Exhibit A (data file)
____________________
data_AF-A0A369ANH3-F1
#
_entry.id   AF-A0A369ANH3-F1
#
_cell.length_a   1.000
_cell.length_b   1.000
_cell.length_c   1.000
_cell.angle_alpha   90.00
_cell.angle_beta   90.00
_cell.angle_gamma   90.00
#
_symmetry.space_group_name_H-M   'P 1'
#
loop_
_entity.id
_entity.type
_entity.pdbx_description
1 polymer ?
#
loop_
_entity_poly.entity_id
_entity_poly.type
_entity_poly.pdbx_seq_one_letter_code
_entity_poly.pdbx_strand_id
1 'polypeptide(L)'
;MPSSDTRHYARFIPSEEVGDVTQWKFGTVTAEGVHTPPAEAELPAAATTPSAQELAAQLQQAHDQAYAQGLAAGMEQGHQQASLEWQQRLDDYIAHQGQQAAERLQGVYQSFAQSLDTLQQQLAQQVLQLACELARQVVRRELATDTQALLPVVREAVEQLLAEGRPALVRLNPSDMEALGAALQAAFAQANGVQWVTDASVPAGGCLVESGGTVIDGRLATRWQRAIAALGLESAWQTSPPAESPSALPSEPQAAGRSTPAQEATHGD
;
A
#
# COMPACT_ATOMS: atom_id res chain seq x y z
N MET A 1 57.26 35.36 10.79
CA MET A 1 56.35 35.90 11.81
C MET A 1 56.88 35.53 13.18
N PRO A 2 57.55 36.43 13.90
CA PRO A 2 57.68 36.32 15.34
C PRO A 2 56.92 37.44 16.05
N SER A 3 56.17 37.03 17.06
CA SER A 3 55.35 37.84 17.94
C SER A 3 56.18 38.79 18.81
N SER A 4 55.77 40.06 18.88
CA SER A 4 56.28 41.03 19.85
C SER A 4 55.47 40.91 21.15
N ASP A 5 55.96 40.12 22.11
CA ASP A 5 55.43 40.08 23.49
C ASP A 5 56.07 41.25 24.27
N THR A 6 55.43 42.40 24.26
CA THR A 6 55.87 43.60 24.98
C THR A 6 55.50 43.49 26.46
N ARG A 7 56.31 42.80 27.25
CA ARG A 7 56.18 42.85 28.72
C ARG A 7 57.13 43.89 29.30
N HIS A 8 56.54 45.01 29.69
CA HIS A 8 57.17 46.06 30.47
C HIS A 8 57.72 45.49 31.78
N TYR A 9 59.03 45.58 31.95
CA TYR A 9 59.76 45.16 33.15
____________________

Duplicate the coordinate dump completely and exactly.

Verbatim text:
data_AF-A0A369ANH3-F1
#
_entry.id   AF-A0A369ANH3-F1
#
_cell.length_a   1.000
_cell.length_b   1.000
_cell.length_c   1.000
_cell.angle_alpha   90.00
_cell.angle_beta   90.00
_cell.angle_gamma   90.00
#
_symmetry.space_group_name_H-M   'P 1'
#
loop_
_entity.id
_entity.type
_entity.pdbx_description
1 polymer ?
#
loop_
_entity_poly.entity_id
_entity_poly.type
_entity_poly.pdbx_seq_one_letter_code
_entity_poly.pdbx_strand_id
1 'polypeptide(L)'
;MPSSDTRHYARFIPSEEVGDVTQWKFGTVTAEGVHTPPAEAELPAAATTPSAQELAAQLQQAHDQAYAQGLAAGMEQGHQQASLEWQQRLDDYIAHQGQQAAERLQGVYQSFAQSLDTLQQQLAQQVLQLACELARQVVRRELATDTQALLPVVREAVEQLLAEGRPALVRLNPSDMEALGAALQAAFAQANGVQWVTDASVPAGGCLVESGGTVIDGRLATRWQRAIAALGLESAWQTSPPAESPSALPSEPQAAGRSTPAQEATHGD
;
A
#
# COMPACT_ATOMS: atom_id res chain seq x y z
N MET A 1 57.26 35.36 10.79
CA MET A 1 56.35 35.90 11.81
C MET A 1 56.88 35.53 13.18
N PRO A 2 57.55 36.43 13.90
CA PRO A 2 57.68 36.32 15.34
C PRO A 2 56.92 37.44 16.05
N SER A 3 56.17 37.03 17.06
CA SER A 3 55.35 37.84 17.94
C SER A 3 56.18 38.79 18.81
N SER A 4 55.77 40.06 18.88
CA SER A 4 56.28 41.03 19.85
C SER A 4 55.47 40.91 21.15
N ASP A 5 55.96 40.12 22.11
CA ASP A 5 55.43 40.08 23.49
C ASP A 5 56.07 41.25 24.27
N THR A 6 55.43 42.40 24.26
CA THR A 6 55.87 43.60 24.98
C THR A 6 55.50 43.49 26.46
N ARG A 7 56.31 42.80 27.25
CA ARG A 7 56.18 42.85 28.72
C ARG A 7 57.13 43.89 29.30
N HIS A 8 56.54 45.01 29.69
CA HIS A 8 57.17 46.06 30.47
C HIS A 8 57.72 45.49 31.78
N TYR A 9 59.03 45.58 31.95
CA TYR A 9 59.76 45.16 33.15